A little over four years ago, the Trump administration placed a 25 percent tariff on imports from China, including cars, hard disks, and aircraft parts. China hit back with 25 percent tariffs on U.S. agricultural products. The resulting U.S.-China trade war threw global supply chains into chaos. COVID-19 brought a whole new set of challenges, and now we have the Ukraine crisis and China lockdowns complicating matters further still.
Prior to the trade war, supply chain professionals enjoyed a long period of relative stability. We could optimize the supply chain once a quarter, or maybe once a month, and let it run. When the trade war happened, it seemed like a discrete event. We would simply recalibrate and restabilize. Instead, it’s been one upheaval after another.
It’s unlikely that we are going to return to a time when we can simply fix it and let it run. We have to change the way we do things. We have an increasing amount of data at our disposal. We need people, processes, and technology that can help us analyze it and adapt to the constantly changing environment—ideally in real time.
Chasing Imperfect Hypotheses
When it comes to managing supply chains, most companies rely on lots of internal and external data sources to predict what they’ll need months ahead of time in order to fulfill future orders. We’re always chasing an imperfect hypothesis, with new data coming in all the time. We’re constantly updating what’s in the warehouse and what’s coming in from suppliers against ever-shifting demand. It never stops.
ERP systems are not designed for the type of constant analysis and readjustment required. Purpose-built supply chain planning and management systems typically cost millions of dollars, take more than a year to implement, and once in place are relatively inflexible.
Even with these systems in place, in order to bring all the data together, many organizations have to create and maintain some bespoke internal system—typically a monster Excel master spreadsheet—to be able to keep recalculating and reanalyzing their data. As painful as this is, it was workable for a while, as long as supply chains remained stable.
Working Nights and Weekends
That was the case for the first couple decades of the 21st century. Companies in the developed world spent time and money building relationships overseas that could offer both low-cost production and just-in-time delivery of goods. Developing countries competed for that business because it bolstered their economies. There was an efficient market that was relatively predictable.
When the trade war hit in 2018, the cost benefits of manufacturing in China suddenly vanished. Companies scrambled to adjust. At the company where I was working at the time, we created a war room of team members who worked nights and weekends updating our monster Excel spreadsheet to analyze impacts and alternatives across tens of thousands of products in our global supply chain.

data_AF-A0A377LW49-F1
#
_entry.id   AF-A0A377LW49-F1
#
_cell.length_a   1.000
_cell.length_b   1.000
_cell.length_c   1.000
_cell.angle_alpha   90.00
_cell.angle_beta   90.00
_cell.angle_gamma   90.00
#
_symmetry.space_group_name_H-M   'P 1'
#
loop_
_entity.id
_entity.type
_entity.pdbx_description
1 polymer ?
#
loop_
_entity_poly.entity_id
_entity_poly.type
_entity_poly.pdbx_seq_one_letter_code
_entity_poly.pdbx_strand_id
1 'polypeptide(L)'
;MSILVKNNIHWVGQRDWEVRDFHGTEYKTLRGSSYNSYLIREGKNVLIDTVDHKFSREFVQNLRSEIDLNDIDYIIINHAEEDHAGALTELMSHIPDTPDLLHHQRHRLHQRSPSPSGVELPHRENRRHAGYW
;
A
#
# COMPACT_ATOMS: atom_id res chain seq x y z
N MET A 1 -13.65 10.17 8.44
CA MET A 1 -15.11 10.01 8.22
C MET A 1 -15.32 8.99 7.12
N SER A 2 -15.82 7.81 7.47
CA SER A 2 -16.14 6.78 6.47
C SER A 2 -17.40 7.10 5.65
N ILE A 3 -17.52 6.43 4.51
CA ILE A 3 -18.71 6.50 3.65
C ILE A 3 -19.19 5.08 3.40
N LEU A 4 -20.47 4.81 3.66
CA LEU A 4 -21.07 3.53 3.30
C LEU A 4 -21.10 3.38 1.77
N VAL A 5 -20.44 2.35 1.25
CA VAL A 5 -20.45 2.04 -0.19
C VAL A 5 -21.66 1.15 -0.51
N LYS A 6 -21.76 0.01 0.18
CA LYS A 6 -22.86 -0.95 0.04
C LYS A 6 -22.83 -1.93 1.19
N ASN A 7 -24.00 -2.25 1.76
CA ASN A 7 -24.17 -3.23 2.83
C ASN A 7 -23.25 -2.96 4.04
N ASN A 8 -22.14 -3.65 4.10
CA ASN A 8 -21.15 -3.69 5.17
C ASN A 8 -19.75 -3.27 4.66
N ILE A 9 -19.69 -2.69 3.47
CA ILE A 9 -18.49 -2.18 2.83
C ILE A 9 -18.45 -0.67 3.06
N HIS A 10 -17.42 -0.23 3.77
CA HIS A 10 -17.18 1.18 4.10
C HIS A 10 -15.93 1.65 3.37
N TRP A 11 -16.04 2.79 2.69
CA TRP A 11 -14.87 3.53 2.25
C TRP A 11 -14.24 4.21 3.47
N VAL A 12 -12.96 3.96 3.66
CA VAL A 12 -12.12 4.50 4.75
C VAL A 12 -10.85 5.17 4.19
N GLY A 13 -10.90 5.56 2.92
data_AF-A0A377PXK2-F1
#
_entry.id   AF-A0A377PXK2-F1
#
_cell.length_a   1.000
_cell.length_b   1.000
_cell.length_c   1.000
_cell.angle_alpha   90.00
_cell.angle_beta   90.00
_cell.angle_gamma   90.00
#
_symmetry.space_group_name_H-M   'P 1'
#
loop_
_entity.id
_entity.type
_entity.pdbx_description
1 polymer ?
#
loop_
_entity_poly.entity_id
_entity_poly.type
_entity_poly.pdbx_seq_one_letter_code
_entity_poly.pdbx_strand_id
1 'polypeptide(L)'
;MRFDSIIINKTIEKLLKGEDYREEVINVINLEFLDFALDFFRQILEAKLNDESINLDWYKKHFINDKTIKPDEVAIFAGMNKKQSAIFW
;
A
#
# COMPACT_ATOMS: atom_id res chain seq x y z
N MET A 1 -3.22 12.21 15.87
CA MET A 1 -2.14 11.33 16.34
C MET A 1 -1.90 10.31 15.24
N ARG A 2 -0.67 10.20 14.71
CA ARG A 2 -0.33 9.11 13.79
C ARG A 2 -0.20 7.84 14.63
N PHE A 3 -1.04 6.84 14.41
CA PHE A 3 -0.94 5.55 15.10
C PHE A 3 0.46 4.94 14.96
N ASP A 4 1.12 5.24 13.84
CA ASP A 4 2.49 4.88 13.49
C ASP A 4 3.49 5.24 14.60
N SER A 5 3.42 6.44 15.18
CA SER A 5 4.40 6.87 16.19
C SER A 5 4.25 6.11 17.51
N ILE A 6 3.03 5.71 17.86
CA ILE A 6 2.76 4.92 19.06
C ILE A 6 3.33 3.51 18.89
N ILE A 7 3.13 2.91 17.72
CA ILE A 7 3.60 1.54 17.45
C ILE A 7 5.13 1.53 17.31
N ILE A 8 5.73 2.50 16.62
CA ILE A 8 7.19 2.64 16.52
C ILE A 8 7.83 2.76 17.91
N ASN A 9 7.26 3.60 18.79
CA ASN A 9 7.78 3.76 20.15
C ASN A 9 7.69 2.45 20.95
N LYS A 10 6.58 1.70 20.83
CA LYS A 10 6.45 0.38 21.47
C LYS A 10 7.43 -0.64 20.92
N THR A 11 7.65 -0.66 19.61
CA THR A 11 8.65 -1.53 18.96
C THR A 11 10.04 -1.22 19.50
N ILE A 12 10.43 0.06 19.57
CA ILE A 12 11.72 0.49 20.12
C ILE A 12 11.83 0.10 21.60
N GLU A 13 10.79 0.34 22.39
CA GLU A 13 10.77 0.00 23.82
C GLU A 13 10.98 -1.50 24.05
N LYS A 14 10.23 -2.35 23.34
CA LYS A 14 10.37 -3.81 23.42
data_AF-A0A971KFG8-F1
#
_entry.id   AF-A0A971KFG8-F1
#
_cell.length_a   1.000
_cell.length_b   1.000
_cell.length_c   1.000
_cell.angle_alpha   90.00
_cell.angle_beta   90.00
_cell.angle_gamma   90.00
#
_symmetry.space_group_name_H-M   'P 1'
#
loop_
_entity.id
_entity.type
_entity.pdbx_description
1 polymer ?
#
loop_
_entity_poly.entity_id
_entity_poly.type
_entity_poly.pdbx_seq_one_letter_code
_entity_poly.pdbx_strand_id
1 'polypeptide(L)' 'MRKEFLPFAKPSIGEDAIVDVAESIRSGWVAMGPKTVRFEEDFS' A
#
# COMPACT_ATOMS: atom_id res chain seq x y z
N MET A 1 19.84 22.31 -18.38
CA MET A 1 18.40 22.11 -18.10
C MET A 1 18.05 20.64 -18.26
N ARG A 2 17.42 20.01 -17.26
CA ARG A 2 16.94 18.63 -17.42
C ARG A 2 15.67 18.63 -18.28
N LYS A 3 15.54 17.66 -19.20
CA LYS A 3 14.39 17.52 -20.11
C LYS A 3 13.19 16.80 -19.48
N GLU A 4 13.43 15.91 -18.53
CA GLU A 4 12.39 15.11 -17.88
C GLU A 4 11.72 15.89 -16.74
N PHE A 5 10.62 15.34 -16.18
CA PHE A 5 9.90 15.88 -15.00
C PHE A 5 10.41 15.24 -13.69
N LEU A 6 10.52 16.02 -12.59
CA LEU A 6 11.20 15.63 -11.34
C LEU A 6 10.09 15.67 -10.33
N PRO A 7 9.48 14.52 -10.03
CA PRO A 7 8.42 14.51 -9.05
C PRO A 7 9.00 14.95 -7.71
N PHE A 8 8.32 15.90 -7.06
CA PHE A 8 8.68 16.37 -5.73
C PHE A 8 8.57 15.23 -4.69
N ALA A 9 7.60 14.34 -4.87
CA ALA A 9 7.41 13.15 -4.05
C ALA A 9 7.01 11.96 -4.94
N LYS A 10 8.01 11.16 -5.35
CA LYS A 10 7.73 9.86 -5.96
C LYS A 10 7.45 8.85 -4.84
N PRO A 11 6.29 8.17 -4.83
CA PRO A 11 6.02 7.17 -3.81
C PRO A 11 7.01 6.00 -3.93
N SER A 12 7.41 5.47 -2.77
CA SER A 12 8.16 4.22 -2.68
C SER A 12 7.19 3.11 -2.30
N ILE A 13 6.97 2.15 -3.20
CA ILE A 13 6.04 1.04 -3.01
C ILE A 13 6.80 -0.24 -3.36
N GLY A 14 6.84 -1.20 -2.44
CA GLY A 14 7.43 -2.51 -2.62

Then in 2020 the pandemic hit. All of sudden, the entire global supply chain was turned upside down. And now we have the war devastating Ukraine, a major producer of grain, potatoes, and sunflower oil. And we have sanctions on Russia, both official and unofficial. When a company such as Starbucks or McDonalds pulls out of a country as big as Russia, the reverberations are felt in supply chains across the globe.
Planning in Shorter Increments
You can see why “reoptimize and let it be for a while” is not good enough anymore. We need tools to be able to continually pull in accurate real-time data and reanalyze it as changes happen. Doing this kind of work in Excel is not sustainable.
Right now, companies are looking at legacy supply chain tools to try to solve the problem. But not only are they costly to buy and slow to implement, the minute you get a curveball, you have to reprogram the system. With the scope and pace of change we’re seeing, your implementation could be out of date before it even launches. Forget about trying to turn on a dime to respond to some catastrophic event.
As organizations digitize, more internal data, and external data from ports, customs offices, shipping companies, etc., is becoming available and closer to real time every day, but it’s all in different formats. Being able to pull in these different data sources into a modern analytics platform could help solve the problem in better ways.
We implemented Incorta at the company where I was working when the trade war started because it happens to be better than most supply chain tools for the needs of today. It’s quick to implement, and it’s easy to change and easy to pull in new, disparate data sources. It’s nimble enough to allow organizations to navigate through profound changes in the supply chain. And you don’t need to be a rocket scientist to use it.
Having the right tool is part of the puzzle. Then you need the right people and processes in place to use the tool effectively.
Optimizing for Change
There is no crystal ball we can look at to predict the future, and no magic wand we can wave to fix the turmoil in the global supply chain today. Something that complex, dynamic, and interconnected doesn’t lend itself to simple solutions.
What we have to do is recognize that we are living through a period of great change. It’s likely that we will experience still more external shocks that will cause us to have to break supply chains apart and reassemble them yet again. What we have to optimize for is the ability to change. Having the tools, people, and processes to be able to do that quickly and in much bigger ways is going to be the only way to thrive.